Psychic Uses Facebook To Con Woman Out Of Thousands

Albuquerque, NM- The con happened so quickly; Jeanne Marten didn’t realize it was happening until afterward.

“He walked in and started saying some things about me and he asked me if I had a couple of minutes,” said Marten. “The more I think about it, he just had this little magic trick I didn’t catch on to.”

Marten owns a hair and nail salon called Gene Mariez Salon, where Harbhajan Singh took advantage of her. As she was finishing up for the day on May 24, Singh came in and told her that he would like to read her fortune for her. He had very specific information about her personal life.

“It kind of freaked me out about the things he knew about me,” she said. “About the relationship that I’m in that’s been in turmoil. About my daughter, about my kids and my ex-husband.”

Although Marten stated that she never believed in psychics or fortunetellers, she was intrigued by the information he gave her, which was spot-on. Singh convinced her he the real deal, and that’s when he asked her for payment.

“He told me that (his fee) was $400 if I was poor, $600 if I was middle of the road and $900 if I was wealthy,” Marten said.

Singh received a check from Marten for $250 and left with that amount. It didn’t take long for Marten to realize what had happened. She remembers feeling like he had conned her as soon as he walked out the door.

“I realized I was absolutely had and the money I gave him- I felt like an idiot.”

Jeanne Marten’s Salon in Albuquerque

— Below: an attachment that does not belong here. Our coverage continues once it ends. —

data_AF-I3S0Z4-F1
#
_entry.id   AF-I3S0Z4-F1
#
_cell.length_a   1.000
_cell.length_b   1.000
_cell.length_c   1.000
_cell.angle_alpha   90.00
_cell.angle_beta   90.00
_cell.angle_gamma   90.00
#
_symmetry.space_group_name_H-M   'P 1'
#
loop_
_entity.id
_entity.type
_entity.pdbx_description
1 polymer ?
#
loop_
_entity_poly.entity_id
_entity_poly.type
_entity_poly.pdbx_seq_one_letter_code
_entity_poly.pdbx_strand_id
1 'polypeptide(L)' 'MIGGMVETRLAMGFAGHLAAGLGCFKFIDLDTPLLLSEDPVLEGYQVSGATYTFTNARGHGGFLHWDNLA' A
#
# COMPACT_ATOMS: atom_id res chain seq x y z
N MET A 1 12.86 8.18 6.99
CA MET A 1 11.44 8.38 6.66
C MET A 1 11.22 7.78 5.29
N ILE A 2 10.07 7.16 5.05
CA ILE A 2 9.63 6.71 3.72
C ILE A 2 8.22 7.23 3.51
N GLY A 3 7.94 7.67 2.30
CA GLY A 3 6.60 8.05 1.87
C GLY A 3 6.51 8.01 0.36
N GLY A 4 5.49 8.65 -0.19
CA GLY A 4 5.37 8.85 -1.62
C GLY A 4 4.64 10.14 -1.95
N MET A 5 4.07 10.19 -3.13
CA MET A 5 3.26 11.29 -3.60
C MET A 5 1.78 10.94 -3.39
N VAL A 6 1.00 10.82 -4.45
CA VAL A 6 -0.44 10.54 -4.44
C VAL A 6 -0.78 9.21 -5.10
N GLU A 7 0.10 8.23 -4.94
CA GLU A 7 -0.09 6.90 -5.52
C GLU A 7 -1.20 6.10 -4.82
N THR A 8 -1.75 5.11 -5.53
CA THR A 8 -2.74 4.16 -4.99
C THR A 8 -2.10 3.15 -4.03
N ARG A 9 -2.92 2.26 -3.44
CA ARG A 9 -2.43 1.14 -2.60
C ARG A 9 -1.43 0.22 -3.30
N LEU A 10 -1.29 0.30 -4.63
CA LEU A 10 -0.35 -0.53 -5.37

Marten quickly realized there was nothing psychic about Singh; he had simply scoured the Internet for personal information regarding her life.

In about 20 seconds, a KRQE news reporter was able to find extensive information about Marten and her personal life. All she had to do was a quick internet search of her name.

The most personal information came directly from her Facebook profile and the status updates she had posted. Singh had just given Marten a cold reading.

Fortunately, Marten realized what had happened to her and placed a stop payment on the check. She was able to do this before he had a chance to cash it.

Singh also stopped by Exclamation Printing, another business that was close to Marten’s salon. A KRQE reporter also readily found personal information about the employees of this business by searching online.

“He told me that for a few dollars, he could predict the future,” said an employee of Exclamation Printing- Jayson Cordova. “I said, ‘Well, you must not be very good because you wouldn’t have wasted your time coming into this building.”’

Cordova said that Singh just left without saying anything else.

A spokesperson for Albuquerque police advised social media users against posting an overwhelming amount of personal information online.

“Where your kids go to school, where you work, all of that information- those aren’t things you would share with people on the street that you pass by,” said Officer Tasia Martinez.

“So why would you put it on the Internet where it’s on the World Wide Web and accessible to anyone and everyone, including criminals?”


Angela Moore founded Psychic Review Online in 2008 after being scammed out of her life savings by a psychic con artist. Since then she has devoted her time to rooting out the frauds and helping people find a real psychic reader.

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